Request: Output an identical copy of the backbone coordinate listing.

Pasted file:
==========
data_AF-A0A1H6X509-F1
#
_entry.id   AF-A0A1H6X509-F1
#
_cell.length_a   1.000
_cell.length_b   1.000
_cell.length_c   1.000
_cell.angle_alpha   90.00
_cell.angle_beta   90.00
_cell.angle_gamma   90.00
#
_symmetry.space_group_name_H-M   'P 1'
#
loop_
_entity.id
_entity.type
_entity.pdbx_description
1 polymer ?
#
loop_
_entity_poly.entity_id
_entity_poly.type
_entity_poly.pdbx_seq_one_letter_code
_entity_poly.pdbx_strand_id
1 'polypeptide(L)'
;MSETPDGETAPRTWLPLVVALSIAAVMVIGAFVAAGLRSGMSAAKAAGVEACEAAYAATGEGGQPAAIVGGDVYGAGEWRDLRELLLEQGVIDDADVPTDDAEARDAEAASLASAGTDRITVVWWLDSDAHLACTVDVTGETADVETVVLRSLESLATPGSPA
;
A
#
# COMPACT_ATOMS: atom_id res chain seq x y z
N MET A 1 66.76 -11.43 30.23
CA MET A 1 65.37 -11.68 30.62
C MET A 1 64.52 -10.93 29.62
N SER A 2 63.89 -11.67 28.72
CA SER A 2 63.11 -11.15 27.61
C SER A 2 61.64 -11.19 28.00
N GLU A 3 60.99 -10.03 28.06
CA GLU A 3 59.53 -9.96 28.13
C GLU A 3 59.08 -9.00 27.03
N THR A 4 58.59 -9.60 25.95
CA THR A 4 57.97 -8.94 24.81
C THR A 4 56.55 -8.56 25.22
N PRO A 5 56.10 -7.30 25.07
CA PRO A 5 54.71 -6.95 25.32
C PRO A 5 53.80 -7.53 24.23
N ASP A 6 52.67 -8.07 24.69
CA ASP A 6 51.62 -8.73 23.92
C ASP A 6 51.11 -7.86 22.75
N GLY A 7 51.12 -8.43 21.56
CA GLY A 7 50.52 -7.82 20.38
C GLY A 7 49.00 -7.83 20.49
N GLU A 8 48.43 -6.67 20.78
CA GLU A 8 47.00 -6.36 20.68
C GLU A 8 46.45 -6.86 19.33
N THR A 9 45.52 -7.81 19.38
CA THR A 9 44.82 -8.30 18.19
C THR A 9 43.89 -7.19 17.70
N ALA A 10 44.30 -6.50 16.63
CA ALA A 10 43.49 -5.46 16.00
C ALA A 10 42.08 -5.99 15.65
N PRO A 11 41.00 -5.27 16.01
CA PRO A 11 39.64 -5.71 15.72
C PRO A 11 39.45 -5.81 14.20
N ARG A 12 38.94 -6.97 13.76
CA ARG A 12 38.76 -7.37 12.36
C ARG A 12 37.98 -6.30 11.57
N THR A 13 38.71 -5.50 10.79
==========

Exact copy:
data_AF-A0A1H6X509-F1
#
_entry.id   AF-A0A1H6X509-F1
#
_cell.length_a   1.000
_cell.length_b   1.000
_cell.length_c   1.000
_cell.angle_alpha   90.00
_cell.angle_beta   90.00
_cell.angle_gamma   90.00
#
_symmetry.space_group_name_H-M   'P 1'
#
loop_
_entity.id
_entity.type
_entity.pdbx_description
1 polymer ?
#
loop_
_entity_poly.entity_id
_entity_poly.type
_entity_poly.pdbx_seq_one_letter_code
_entity_poly.pdbx_strand_id
1 'polypeptide(L)'
;MSETPDGETAPRTWLPLVVALSIAAVMVIGAFVAAGLRSGMSAAKAAGVEACEAAYAATGEGGQPAAIVGGDVYGAGEWRDLRELLLEQGVIDDADVPTDDAEARDAEAASLASAGTDRITVVWWLDSDAHLACTVDVTGETADVETVVLRSLESLATPGSPA
;
A
#
# COMPACT_ATOMS: atom_id res chain seq x y z
N MET A 1 66.76 -11.43 30.23
CA MET A 1 65.37 -11.68 30.62
C MET A 1 64.52 -10.93 29.62
N SER A 2 63.89 -11.67 28.72
CA SER A 2 63.11 -11.15 27.61
C SER A 2 61.64 -11.19 28.00
N GLU A 3 60.99 -10.03 28.06
CA GLU A 3 59.53 -9.96 28.13
C GLU A 3 59.08 -9.00 27.03
N THR A 4 58.59 -9.60 25.95
CA THR A 4 57.97 -8.94 24.81
C THR A 4 56.55 -8.56 25.22
N PRO A 5 56.10 -7.30 25.07
CA PRO A 5 54.71 -6.95 25.32
C PRO A 5 53.80 -7.53 24.23
N ASP A 6 52.67 -8.07 24.69
CA ASP A 6 51.62 -8.73 23.92
C ASP A 6 51.11 -7.86 22.75
N GLY A 7 51.12 -8.43 21.56
CA GLY A 7 50.52 -7.82 20.38
C GLY A 7 49.00 -7.83 20.49
N GLU A 8 48.43 -6.67 20.78
CA GLU A 8 47.00 -6.36 20.68
C GLU A 8 46.45 -6.86 19.33
N THR A 9 45.52 -7.81 19.38
CA THR A 9 44.82 -8.30 18.19
C THR A 9 43.89 -7.19 17.70
N ALA A 10 44.30 -6.50 16.63
CA ALA A 10 43.49 -5.46 16.00
C ALA A 10 42.08 -5.99 15.65
N PRO A 11 41.00 -5.27 16.01
CA PRO A 11 39.64 -5.71 15.72
C PRO A 11 39.45 -5.81 14.20
N ARG A 12 38.94 -6.97 13.76
CA ARG A 12 38.76 -7.37 12.36
C ARG A 12 37.98 -6.30 11.57
N THR A 13 38.71 -5.50 10.79